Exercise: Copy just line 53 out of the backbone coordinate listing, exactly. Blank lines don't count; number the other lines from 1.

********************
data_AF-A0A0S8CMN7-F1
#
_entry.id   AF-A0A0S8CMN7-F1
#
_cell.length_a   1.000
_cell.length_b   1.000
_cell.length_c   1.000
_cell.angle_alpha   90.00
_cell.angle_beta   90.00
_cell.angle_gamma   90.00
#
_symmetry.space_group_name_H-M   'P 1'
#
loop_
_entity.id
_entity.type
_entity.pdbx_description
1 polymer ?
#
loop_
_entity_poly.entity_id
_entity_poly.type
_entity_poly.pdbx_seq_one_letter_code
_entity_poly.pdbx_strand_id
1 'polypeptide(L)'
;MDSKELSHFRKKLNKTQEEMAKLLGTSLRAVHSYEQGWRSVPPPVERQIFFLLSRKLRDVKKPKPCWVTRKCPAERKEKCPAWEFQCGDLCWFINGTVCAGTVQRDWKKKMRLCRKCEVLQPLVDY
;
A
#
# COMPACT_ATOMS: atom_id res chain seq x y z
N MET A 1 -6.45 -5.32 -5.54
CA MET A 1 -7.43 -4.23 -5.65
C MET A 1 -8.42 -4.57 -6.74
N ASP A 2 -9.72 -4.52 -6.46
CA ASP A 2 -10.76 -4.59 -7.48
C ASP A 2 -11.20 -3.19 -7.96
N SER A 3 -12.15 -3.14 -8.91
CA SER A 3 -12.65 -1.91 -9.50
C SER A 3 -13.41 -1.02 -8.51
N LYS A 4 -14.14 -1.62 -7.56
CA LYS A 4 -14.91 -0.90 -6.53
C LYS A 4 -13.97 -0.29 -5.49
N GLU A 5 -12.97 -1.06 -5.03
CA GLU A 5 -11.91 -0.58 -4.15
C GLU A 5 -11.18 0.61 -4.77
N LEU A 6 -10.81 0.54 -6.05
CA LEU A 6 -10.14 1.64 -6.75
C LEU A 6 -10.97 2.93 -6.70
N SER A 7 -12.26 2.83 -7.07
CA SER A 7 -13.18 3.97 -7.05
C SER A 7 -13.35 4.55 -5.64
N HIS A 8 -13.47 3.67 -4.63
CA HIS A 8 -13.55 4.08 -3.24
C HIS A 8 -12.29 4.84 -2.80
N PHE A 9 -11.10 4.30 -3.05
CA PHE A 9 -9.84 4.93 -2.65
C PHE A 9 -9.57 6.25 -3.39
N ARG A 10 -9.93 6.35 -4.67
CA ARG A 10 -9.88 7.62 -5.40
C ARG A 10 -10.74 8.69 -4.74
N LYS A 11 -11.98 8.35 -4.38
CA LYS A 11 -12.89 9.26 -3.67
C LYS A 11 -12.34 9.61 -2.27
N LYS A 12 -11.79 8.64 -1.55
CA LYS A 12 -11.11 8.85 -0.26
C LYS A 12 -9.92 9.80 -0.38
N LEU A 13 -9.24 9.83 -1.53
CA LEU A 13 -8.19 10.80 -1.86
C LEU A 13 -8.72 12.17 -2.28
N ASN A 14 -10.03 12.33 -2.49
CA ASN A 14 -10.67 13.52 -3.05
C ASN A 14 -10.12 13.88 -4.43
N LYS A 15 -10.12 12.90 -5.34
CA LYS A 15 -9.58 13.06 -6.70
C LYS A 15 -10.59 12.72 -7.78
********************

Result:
CA HIS A 8 -13.55 4.08 -3.24